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Firewire 800 - Does using a FW400 device in the chain slow the bus down to 400 speed?

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Firewire 800 - Does using a FW400 device in the chain slow the bus down to 400 speed?

Postby blastmasterd » Sat Jan 16, 2010 8:37 am

Hi,

Does anyone know - definitively - whether mixing firewire 800 and 400 devices on the same chain drops the bus speed to 400?

Does the 400 device placement in the chain affect things?

I have heard that by putting it at the end of a chain, the rest of the devices can stay at 800.

I have a new Unibody Macbook Pro with only 1 x FW800 port (Nice one Apple), 3 x FW800 hard drive and a FW400 soundcard.

I'd like to retain FW800 speeds for the drives.

All suggestions gratefully received.

Cheers.

Rich
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Re: Firewire 800 - Does using a FW400 device in the chain slow the bus down to 400 speed?

Postby matt keen » Sat Jan 16, 2010 9:07 am

blastmasterd wrote:Hi,

Does anyone know - definitively - whether mixing firewire 800 and 400 devices on the same chain drops the bus speed to 400?

Does the 400 device placement in the chain affect things?

I have heard that by putting it at the end of a chain, the rest of the devices can stay at 800.

I have a FW800 hard drive and a FW400 soundcard.

All suggestions gratefully received.

Cheers.

Rich


On my macbookpro I do exactly that and yes it does drop it all to 400 and no it has not caused me any probs at all

I use either a Motu Ultralite or a Saffire pro24 and gtech drives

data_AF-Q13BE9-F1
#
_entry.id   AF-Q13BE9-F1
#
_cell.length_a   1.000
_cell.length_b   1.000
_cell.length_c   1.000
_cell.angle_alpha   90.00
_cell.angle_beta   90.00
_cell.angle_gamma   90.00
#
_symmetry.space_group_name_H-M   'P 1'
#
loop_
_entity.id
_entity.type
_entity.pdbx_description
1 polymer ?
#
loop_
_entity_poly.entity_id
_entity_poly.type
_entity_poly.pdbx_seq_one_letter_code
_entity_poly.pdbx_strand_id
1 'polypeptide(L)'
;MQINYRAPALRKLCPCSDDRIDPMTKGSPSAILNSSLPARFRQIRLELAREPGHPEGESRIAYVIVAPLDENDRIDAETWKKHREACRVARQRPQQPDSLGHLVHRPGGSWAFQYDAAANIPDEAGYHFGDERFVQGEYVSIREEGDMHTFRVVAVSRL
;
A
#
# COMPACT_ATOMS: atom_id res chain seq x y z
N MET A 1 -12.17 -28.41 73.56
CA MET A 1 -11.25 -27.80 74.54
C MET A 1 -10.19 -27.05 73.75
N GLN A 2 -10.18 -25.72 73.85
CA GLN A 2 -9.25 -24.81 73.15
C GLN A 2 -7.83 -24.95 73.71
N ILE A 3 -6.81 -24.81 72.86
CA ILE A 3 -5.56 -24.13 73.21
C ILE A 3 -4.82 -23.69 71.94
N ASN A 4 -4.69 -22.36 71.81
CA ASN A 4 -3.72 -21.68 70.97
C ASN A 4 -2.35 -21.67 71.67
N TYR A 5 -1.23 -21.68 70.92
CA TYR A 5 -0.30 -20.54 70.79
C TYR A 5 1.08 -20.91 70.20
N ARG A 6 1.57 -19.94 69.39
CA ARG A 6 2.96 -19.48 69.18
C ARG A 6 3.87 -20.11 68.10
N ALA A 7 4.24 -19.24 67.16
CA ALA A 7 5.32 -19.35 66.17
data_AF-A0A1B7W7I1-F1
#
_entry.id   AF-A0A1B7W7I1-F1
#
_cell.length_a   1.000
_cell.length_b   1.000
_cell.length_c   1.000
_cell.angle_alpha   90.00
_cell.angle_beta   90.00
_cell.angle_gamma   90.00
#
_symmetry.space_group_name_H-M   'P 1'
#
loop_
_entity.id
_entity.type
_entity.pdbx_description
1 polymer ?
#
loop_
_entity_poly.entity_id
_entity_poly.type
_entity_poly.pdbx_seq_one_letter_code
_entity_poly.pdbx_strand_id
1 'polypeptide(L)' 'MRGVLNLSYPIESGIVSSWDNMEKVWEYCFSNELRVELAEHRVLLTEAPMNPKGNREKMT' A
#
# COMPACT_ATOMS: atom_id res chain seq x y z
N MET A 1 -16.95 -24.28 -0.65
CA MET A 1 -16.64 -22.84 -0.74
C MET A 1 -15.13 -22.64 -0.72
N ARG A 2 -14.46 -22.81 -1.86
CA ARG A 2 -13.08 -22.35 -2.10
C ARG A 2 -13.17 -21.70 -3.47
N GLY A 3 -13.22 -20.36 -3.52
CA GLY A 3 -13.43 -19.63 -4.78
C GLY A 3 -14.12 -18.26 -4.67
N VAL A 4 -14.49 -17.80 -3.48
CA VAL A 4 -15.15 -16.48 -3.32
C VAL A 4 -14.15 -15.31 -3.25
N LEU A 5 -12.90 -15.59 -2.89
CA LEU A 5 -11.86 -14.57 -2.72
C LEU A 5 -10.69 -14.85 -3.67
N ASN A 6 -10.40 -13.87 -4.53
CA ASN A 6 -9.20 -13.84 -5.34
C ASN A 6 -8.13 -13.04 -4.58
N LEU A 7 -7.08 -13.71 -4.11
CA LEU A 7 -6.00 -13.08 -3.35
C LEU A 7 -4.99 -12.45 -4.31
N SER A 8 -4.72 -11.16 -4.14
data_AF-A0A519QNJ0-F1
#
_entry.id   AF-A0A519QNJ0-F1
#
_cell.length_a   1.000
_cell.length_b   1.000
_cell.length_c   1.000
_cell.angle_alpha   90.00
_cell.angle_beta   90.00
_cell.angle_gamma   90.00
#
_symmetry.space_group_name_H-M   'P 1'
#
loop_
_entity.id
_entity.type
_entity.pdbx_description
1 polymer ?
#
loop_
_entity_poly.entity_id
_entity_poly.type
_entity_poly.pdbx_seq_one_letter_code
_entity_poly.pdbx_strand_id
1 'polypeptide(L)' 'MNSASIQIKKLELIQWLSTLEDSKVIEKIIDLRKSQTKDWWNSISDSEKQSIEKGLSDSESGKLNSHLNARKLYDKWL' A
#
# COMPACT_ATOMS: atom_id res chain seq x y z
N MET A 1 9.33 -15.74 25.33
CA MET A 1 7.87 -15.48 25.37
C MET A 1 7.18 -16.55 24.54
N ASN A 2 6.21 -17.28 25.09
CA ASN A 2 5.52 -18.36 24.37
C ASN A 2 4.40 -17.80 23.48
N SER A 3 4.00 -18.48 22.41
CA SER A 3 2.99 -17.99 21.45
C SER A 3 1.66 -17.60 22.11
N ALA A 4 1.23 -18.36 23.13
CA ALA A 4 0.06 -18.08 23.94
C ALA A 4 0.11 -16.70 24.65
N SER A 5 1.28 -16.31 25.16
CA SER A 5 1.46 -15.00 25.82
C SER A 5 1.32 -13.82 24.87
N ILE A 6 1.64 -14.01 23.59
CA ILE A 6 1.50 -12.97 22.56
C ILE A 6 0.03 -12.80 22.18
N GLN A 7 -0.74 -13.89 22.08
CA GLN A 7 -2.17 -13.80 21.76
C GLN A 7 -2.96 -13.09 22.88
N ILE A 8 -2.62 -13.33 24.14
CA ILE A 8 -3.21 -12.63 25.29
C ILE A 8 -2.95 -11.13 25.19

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Re: Firewire 800 - Does using a FW400 device in the chain slow the bus down to 400 speed?

Postby blastmasterd » Sat Jan 16, 2010 9:17 am

Hi Matt,

Thanks for your answer.

May I ask if you've tried moving the FW400 device to the end of the daisy chain to see if it allows the FW800 devices to stay at 800 speed?

Cheers.

Rich
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Re: Firewire 800 - Does using a FW400 device in the chain slow the bus down to 400 speed?

Postby desmond » Sat Jan 16, 2010 9:59 am

I was about to write, yes, just connecting a FW400 anywhere on the chain drops the whole bus to FW400 speeds, as that was my understanding - but I thought (always a good idea) to do a quick (non-scientific) test myself.

On an MBP with a hd connected via FW800, I loaded a 1.5gig file into memory (Photoshop) and saved it back to the FW800 drive.

I then connected an FW400 device on the end of the chain, after the FW800 drive, and repeated the test, and yes, the transfer times were longer, indicating that having the FW400 device at the end of the chain does indeed impact on the bus speeds. (Write speeds were nearly twice as long, for instance.)

Try a test yourself in various configurations, repeating each test a few times and averaging out the results. I chose to read into memory and write from memory to try and factor out additional drive speeds when copying files between drives, but like I say, it wasn't a particularly scientific test.
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Re: Firewire 800 - Does using a FW400 device in the chain slow the bus down to 400 speed?

Postby blastmasterd » Sat Jan 16, 2010 10:12 am

desmond wrote:I was about to write, yes, just connecting a FW400 anywhere on the chain drops the whole bus to FW400 speeds, as that was my understanding - but I thought (always a good idea) to do a quick (non-scientific) test myself.

On an MBP with a hd connected via FW800, I loaded a 1.5gig file into memory (Photoshop) and saved it back to the FW800 drive.

I then connected an FW400 device on the end of the chain, after the FW800 drive, and repeated the test, and yes, the transfer times were longer, indicating that having the FW400 device at the end of the chain does indeed impact on the bus speeds. (Write speeds were nearly twice as long, for instance.)

Try a test yourself in various configurations, repeating each test a few times and averaging out the results. I chose to read into memory and write from memory to try and factor out additional drive speeds when copying files between drives, but like I say, it wasn't a particularly scientific test.